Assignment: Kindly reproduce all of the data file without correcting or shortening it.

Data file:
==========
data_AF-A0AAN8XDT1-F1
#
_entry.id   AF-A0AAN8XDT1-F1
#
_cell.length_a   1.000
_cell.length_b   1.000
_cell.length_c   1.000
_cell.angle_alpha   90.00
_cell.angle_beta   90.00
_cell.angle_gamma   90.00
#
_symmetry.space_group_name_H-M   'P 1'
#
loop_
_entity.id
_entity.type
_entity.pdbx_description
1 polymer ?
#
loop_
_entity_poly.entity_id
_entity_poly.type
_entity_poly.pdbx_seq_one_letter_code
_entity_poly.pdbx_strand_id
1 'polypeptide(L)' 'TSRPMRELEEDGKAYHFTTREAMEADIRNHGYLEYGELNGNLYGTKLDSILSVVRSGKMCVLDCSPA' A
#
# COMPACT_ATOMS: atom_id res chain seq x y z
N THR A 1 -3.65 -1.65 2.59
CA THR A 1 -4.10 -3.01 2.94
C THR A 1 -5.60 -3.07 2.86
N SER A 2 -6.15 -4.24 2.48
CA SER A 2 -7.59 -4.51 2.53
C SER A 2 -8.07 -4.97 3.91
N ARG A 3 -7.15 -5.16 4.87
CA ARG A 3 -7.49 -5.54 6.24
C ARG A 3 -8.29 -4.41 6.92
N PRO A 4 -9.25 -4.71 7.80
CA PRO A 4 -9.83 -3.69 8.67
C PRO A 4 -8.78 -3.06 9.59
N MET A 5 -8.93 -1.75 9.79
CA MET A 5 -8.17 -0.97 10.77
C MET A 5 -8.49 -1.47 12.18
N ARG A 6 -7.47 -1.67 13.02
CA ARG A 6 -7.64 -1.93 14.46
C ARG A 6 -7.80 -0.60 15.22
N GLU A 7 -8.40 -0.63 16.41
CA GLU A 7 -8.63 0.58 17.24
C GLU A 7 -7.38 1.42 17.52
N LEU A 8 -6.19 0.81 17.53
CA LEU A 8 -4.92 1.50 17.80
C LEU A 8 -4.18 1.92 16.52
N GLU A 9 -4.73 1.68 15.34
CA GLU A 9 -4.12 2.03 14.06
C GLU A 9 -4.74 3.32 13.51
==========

data_AF-A0AAN8XDT1-F1
#
_entry.id   AF-A0AAN8XDT1-F1
#
_cell.length_a   1.000
_cell.length_b   1.000
_cell.length_c   1.000
_cell.angle_alpha   90.00
_cell.angle_beta   90.00
_cell.angle_gamma   90.00
#
_symmetry.space_group_name_H-M   'P 1'
#
loop_
_entity.id
_entity.type
_entity.pdbx_description
1 polymer ?
#
loop_
_entity_poly.entity_id
_entity_poly.type
_entity_poly.pdbx_seq_one_letter_code
_entity_poly.pdbx_strand_id
1 'polypeptide(L)' 'TSRPMRELEEDGKAYHFTTREAMEADIRNHGYLEYGELNGNLYGTKLDSILSVVRSGKMCVLDCSPA' A
#
# COMPACT_ATOMS: atom_id res chain seq x y z
N THR A 1 -3.65 -1.65 2.59
CA THR A 1 -4.10 -3.01 2.94
C THR A 1 -5.60 -3.07 2.86
N SER A 2 -6.15 -4.24 2.48
CA SER A 2 -7.59 -4.51 2.53
C SER A 2 -8.07 -4.97 3.91
N ARG A 3 -7.15 -5.16 4.87
CA ARG A 3 -7.49 -5.54 6.24
C ARG A 3 -8.29 -4.41 6.92
N PRO A 4 -9.25 -4.71 7.80
CA PRO A 4 -9.83 -3.69 8.67
C PRO A 4 -8.78 -3.06 9.59
N MET A 5 -8.93 -1.75 9.79
CA MET A 5 -8.17 -0.97 10.77
C MET A 5 -8.49 -1.47 12.18
N ARG A 6 -7.47 -1.67 13.02
CA ARG A 6 -7.64 -1.93 14.46
C ARG A 6 -7.80 -0.60 15.22
N GLU A 7 -8.40 -0.63 16.41
CA GLU A 7 -8.63 0.58 17.24
C GLU A 7 -7.38 1.42 17.52
N LEU A 8 -6.19 0.81 17.53
CA LEU A 8 -4.92 1.50 17.80
C LEU A 8 -4.18 1.92 16.52
N GLU A 9 -4.73 1.68 15.34
CA GLU A 9 -4.12 2.03 14.06
C GLU A 9 -4.74 3.32 13.51